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Overclocking with Q9450 & DDR3

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  • Overclocking
  • DDR3
Last response: in Overclocking
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August 11, 2008 5:00:20 PM

Hi

I am in the process of purchasing a new system with overclocking in mind.

I intend to use a Q9450 CPU with a Gigabyte GA-X48T-DQ6 Mobo.

The question is memory, i was going to go with 4gb (2X2048MB) of OCZ Reaper DDR3 RAM, it comes in 3 flavours.

DDR3-1333Mhz 6-6-6-18 ~£135

DDR3-1600Mhz 7-7-7-24 ~£165

DDR3-1800Mhz 8-8-8-27 ~£173

Originally i was going to go for the 1333Mhz variety however after reading a certain overclocking guide on these forums i am not so confident any more. Most of what i have read focusses on using DDR2 not DDR3.

The Q9450 uses 8 x 333Mhz = 2.66GHz at stock settings.

I read that with DDR2 you divide the rated speed by 2 and for DDR3 you divide the rated speed by 4:

so 1333Mhz / 4 = 333Mhz for the RAM

the CPU FSB is running at 333Mhz

Does this mean if i choose the DDR3-1333Mhz RAM then i have no room for overclocking, without overclocking the RAM also ?

More about : overclocking q9450 ddr3

August 11, 2008 6:48:44 PM

Nah u can still over clock but you have to run the RAM at less than the rated speed by applying a 5:4 or 3:2 ratio. The RAM might over clock some but the RAM makers usually optimize the BIOS of the RAM so it will not over clock to 1600, 1800, 2000 with the same voltage as the models made that way ( they want you to buy the faster model). Also the 1333 models don't have the appropriate heat sync to handle such manual over volts. The architecture on 1333 models might not be designed the same either.
August 11, 2008 10:56:09 PM

1770394,1,339485...

I read that with DDR2 you divide the rated speed by 2 and for DDR3 you divide the rated speed by 4:

so 1333Mhz / 4 = 333Mhz for the RAM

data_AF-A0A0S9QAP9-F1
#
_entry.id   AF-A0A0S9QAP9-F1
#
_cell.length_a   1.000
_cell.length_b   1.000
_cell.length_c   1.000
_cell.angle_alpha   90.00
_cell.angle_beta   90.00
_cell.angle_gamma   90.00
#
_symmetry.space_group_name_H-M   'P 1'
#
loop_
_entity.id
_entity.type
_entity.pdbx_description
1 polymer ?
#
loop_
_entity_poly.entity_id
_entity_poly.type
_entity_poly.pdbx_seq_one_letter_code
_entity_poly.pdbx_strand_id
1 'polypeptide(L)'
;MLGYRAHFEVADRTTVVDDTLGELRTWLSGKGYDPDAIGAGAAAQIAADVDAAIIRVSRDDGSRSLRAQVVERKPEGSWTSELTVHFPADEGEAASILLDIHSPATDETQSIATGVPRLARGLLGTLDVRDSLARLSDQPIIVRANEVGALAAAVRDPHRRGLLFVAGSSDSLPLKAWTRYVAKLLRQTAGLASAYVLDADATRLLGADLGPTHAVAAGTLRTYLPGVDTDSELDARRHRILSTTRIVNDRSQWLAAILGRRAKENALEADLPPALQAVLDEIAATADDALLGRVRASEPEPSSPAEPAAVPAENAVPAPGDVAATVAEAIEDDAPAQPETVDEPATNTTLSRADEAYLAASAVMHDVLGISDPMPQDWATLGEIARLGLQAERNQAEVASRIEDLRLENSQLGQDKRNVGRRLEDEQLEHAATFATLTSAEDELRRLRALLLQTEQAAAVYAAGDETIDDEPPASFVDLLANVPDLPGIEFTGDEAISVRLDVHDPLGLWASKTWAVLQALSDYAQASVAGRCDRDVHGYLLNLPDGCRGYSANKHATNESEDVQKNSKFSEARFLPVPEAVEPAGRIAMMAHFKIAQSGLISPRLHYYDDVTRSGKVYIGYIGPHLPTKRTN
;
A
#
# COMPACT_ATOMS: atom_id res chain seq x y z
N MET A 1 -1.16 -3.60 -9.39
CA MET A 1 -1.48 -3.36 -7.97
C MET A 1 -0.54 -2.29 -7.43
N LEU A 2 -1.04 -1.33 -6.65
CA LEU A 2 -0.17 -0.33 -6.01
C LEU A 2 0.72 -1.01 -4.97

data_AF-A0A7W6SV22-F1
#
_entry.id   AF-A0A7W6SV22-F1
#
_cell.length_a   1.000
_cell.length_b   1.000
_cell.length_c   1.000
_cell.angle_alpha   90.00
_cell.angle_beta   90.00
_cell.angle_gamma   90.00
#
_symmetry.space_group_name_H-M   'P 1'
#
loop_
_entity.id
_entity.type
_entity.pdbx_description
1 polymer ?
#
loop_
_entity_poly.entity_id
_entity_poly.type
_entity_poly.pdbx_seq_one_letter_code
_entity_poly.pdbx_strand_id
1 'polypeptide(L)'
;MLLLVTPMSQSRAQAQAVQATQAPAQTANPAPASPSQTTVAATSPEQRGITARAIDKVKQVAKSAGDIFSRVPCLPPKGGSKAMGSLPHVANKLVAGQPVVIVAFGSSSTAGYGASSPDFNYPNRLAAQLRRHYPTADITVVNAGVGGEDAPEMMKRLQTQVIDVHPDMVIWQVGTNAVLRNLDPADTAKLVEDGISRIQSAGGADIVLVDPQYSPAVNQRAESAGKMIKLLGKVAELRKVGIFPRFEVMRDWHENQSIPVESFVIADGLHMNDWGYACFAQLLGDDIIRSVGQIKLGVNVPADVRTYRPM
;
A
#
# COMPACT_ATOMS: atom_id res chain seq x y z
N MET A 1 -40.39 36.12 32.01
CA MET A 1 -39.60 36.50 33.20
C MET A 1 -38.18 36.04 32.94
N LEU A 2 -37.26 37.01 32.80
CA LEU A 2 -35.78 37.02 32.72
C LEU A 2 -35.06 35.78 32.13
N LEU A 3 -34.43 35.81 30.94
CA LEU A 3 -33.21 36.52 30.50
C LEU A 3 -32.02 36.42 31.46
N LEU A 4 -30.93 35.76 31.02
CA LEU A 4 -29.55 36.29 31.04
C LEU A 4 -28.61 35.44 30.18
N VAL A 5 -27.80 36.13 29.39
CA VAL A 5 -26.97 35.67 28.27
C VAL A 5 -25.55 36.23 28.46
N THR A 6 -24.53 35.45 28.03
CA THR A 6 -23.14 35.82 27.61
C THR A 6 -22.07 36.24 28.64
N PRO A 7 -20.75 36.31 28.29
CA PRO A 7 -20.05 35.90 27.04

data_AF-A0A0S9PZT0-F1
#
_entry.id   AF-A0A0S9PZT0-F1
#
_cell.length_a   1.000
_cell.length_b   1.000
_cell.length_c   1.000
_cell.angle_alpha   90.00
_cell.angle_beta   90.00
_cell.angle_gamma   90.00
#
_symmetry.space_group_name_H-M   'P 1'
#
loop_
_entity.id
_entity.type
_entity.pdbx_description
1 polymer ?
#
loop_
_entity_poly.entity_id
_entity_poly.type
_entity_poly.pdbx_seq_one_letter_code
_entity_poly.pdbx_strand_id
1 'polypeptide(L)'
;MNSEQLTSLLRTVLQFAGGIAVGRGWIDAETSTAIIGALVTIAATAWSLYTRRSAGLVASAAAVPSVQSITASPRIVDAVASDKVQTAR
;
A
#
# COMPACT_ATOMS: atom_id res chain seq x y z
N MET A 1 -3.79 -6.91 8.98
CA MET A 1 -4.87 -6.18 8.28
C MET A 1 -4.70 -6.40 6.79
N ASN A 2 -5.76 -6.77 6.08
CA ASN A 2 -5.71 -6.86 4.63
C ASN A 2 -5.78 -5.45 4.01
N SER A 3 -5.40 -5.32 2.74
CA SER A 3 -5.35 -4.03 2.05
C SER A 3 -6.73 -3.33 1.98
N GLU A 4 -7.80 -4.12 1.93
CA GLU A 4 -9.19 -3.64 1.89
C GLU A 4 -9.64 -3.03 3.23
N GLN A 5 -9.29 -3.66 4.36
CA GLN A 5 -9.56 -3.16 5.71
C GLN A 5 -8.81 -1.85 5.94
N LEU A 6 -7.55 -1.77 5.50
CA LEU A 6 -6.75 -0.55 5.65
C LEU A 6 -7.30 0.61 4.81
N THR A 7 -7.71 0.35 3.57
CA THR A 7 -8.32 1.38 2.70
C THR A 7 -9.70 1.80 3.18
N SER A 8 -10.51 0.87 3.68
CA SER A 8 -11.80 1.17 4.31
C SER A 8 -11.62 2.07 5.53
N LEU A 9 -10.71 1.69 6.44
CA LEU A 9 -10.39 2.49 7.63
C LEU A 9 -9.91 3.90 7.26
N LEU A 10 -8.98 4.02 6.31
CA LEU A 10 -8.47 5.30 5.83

the CPU FSB is running at 333Mhz
[/quotemsg said:

No, sorry, either the guide or your interpretation of it is very confused. You can certainly overclock with DDR3, but at this point there's not much point to getting DDR3 since DDR2-800 can handle a FSB speed up to 1600MHz.
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August 11, 2008 11:17:38 PM

Thanks for the posts,

I understanding is certainly confused at this point :p 

I found the guide that confused me, this is the quote from Graysky's post, which is sticked somehwere above:

Quote:

• The first part is self-explanatory (DDR3 memory).
• The number after it is the data transfer rate. Simply divide it by 4 to get the maximum FSB speed for which the module is rated. Example: 1600/4 = 400 MHz. Therefore, DDR3-1600 can work on systems with a FSB of up to 400 MHz (anything more and you’re lucky).
• The PC3-XXXXX is designation denoting theoretical bandwidth in MB/s. Some memory manufactures use this instead of the DDR3-xxxx designation. You can calculate it for any FSB you want by simply taking the FSB and multiplying by 32 (rounded in some cases). Example using a 400 MHz FSB: 400x32=12800. So you’d need at least PC3-12800 to run on FSB of 400 MHz.


This lead me to believe that DDR3-1333 is rated for a FSB of 333MHz, would i be right in thinking i could use the dividers to increase the FSB speed beyond 333MHz ?

Lefti
August 12, 2008 12:36:08 PM

The FSB is bus speed times 4.
August 13, 2008 1:25:42 AM

The problem is that the wording is confusing. What you are trying to do is to match the memory bus throughput with the FSB throughput (the famed 1:1 ratio). Assuming you are running 2 or 4 DIMMs in dual-channel mode, then the memory bus throughput will be the memory bus speed x 2. The FSB throughput is the FSB clock x 4. Thus, if you are running your FSB at 400MHz clock, you want to match its throughput (400 x 4 = 1600MHz) with the memory bus throughput. DDR2-800 memory bus speed x 2 for dual-channel mode = 1600MHz throughput, matching the FSB throughput. Similarly, DDR3-800 memory bus speed x 2 for dual-channel mode = 1600MHz throughput, matching a 1600MHz FSB throughput. If you are running a faster FSB, you will need to run your memory faster than in the above examples.

!